Why you should expect another stockmarket crash

Many fear inflation, but a deflationary debt collapse is a more likely scenario in the near term, says Tim Lee

Global equity markets have hit record highs on hopes of a strong economic recovery, particularly in the US. Yet major losses have been inflicted on several financial institutions this year. The most notable episodes were the short-squeeze on GameStop and the blow-up of Archegos Capital Management. At the same time, the VIX index of implied volatility of the S&P 500 has slid to its lowest levels since the Covid-19 crisis broke. This all seems difficult to square.

Most people think that the hits taken by certain banks and investors have been isolated incidents, and the fact that they have caused barely a ripple across the financial system as a whole reflects the robustness of the banking system today. But the odds are that we will soon see more blow-ups, potentially culminating in another global market crash.

What assessing wealth relative to GDP tells us

The factor that connects all the recent market developments is high and rising systemic leverage. Systemic leverage can be associated with debt but also with the concentration of risk. One indicator of leverage is wealth relative to GDP. In the US, during the pandemic personal wealth has soared relative to GDP, from a ratio of 5.2 in early 2020 to more than six. This follows a persistent rise since the 1990s. Between 1945 and 1994 the ratio averaged 3.6.

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Many might think that wealth is the inverse of leverage rather than being an indicator of it. Similarly, it is common to believe that there is nothing wrong with financial and property wealth rising exponentially relative to GDP; that this is merely a sign of economic progress. But in a theoretical stable-growth equilibrium GDP and wealth should grow together. Any monetary inflation should inflate both. GDP can be seen as a proxy for the return on an economy’s true wealth. If genuine wealth grows, then GDP should grow roughly equivalently.

Measured wealth can depart from GDP because of leverage. Imagine a street of ten identical houses, each valued at £400,000. I am desperate to buy one of the houses and am willing to pay up to £500,000 for it using borrowed money. After my purchase, all the houses in the street will be revalued to £500,000, based on this most recent sale.

The total value of property in the street has then increased by £1m but the total debt by only £500,000 (my mortgage to buy the house). So total net “wealth” will have apparently increased by half a million pounds even though there is no rise in the real productive potential of the economy – just the same ten houses standing there. In the US, gross financial assets have rocketed during the pandemic while global debt statistics also suggest that systemic leverage is at record highs.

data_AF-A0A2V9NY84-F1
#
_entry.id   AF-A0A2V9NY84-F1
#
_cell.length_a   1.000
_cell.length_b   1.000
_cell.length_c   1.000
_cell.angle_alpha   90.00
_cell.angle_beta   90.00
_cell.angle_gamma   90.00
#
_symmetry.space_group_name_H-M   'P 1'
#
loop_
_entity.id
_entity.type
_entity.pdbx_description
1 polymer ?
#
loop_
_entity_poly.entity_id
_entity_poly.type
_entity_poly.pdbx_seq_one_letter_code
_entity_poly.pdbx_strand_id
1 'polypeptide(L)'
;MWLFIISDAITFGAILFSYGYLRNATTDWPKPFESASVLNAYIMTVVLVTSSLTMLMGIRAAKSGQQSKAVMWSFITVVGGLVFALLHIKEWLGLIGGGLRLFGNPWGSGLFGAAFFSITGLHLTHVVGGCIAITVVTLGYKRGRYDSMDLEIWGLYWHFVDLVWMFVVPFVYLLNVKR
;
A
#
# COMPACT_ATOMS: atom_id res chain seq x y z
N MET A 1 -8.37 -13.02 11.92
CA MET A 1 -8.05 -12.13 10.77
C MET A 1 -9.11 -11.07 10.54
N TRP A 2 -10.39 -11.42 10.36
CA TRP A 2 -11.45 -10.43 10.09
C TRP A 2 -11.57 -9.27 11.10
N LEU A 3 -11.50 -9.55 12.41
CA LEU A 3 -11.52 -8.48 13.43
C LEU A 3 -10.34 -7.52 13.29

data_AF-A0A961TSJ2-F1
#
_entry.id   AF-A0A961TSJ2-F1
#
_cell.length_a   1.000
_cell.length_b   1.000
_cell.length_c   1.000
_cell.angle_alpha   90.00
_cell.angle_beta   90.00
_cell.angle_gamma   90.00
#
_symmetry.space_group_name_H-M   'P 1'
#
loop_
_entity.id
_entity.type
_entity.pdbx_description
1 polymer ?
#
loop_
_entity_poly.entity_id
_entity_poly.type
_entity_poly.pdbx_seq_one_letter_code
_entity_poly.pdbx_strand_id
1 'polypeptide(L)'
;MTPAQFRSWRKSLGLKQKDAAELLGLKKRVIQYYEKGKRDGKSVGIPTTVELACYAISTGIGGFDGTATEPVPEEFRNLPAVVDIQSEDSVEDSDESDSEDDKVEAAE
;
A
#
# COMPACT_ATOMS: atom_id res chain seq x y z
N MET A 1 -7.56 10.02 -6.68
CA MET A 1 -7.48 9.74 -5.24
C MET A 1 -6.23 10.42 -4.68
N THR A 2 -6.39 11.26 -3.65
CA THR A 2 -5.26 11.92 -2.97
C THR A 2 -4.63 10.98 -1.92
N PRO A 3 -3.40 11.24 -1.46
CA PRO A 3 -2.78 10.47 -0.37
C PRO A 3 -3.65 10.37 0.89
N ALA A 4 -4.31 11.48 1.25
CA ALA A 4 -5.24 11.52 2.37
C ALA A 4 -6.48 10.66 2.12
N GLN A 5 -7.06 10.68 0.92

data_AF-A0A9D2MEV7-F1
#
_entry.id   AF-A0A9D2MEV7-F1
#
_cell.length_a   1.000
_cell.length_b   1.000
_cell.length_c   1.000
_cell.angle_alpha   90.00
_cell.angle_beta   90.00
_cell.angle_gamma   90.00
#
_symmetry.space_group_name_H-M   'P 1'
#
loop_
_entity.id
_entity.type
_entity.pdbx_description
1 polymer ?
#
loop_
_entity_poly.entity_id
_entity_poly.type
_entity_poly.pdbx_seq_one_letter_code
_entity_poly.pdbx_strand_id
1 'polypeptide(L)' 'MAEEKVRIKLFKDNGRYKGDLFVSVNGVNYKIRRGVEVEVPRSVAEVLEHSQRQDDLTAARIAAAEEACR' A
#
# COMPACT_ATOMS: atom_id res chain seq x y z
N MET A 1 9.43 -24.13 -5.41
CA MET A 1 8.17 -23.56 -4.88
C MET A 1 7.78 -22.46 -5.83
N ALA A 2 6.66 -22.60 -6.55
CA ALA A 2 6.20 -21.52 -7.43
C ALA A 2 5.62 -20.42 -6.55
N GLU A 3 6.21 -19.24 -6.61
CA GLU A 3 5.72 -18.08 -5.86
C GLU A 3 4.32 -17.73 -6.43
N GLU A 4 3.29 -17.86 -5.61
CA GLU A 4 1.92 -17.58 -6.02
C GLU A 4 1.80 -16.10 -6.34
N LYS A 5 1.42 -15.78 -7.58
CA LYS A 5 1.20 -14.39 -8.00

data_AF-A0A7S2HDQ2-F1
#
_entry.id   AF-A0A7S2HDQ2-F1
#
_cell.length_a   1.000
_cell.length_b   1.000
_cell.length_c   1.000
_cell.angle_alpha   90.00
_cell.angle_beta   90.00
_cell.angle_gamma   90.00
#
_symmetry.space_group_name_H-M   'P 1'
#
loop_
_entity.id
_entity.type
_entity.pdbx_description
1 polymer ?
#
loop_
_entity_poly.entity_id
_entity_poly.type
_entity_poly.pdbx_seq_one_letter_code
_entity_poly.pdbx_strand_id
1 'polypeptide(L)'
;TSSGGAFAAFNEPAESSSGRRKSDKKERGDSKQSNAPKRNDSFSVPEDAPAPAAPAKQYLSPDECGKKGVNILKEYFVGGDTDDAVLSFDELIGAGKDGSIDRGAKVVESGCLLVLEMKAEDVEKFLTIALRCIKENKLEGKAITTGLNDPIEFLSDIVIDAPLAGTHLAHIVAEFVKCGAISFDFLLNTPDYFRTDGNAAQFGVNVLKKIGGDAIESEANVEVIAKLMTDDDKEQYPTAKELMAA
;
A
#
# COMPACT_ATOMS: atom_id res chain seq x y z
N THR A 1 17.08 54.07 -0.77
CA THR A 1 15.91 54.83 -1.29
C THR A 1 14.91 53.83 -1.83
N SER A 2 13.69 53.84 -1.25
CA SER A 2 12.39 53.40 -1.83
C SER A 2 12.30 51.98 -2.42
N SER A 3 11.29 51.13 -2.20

Extreme leverage requires market liquidity. Leveraged market participants need to be able to sell – because they may be forced to – which requires the presence of “market makers”: those who are prepared to buy when others are selling, including “dip buyers”, and those who sell, or short, volatility in other ways such as writing put options or shorting measures of volatility such as the VIX. The recent decline in the VIX demonstrates the presence of volatility sellers.

However, volatility sellers are also naturally leveraged: their potential downside in a crisis (when volatility spikes) can be much greater than the upside they receive from the volatility-selling premiums they earn. They have come to rely on central banks, particularly the US Federal Reserve, acting aggressively to support markets if they begin to fall sharply, as they did again in March 2020.

The Fed’s actions last year, together with the government’s fiscal measures, have resulted in a massive increase in the US money supply. The headline M2 measure of money supply is up by an unprecedented 26% over the past 12 months. This has quite reasonably led to fears that we are heading for extreme inflation. However, although inflation appears inevitable in the end, it is certainly not a foregone conclusion in the near term. It is quite likely that this magnitude of money-supply increase was necessary to “validate” the huge rise in asset prices that had already occurred – to, in a sense, monetise the pre-existing degree of leverage.

Just because the Fed and other central banks continue to buy financial assets on a large scale does not mean that asset prices are immune from declines. Each successive round of central-bank action only serves to encourage ever more leverage in the system – consequences of which we have been seeing recently. The likelihood is that the pyramid of systemic leverage will once again tip over. The fact that relative to the aftermath of previous volatility spikes the VIX has remained quite elevated, even in the face of extreme central-bank money printing, suggests that market liquidity available from volatility sellers is becoming less plentiful. This points to the risk of another deflation shock, as in February and March last year – one that will catch out most investors and speculators.

Tim Lee is an economist and a co-author of The Rise of Carry: The Dangerous Consequences of Volatility Suppression and the New Financial Order of Decaying Growth and Recurring Crisis (McGraw Hill, 2020)

Tim Lee is an economist and a co-author, together with Jamie Lee and Kevin Coldiron, of The Rise of Carry: The Dangerous Consequences of Volatility Suppression and the New Financial Order of Decaying Growth and Recurring Crisis (McGraw-Hill, 2019)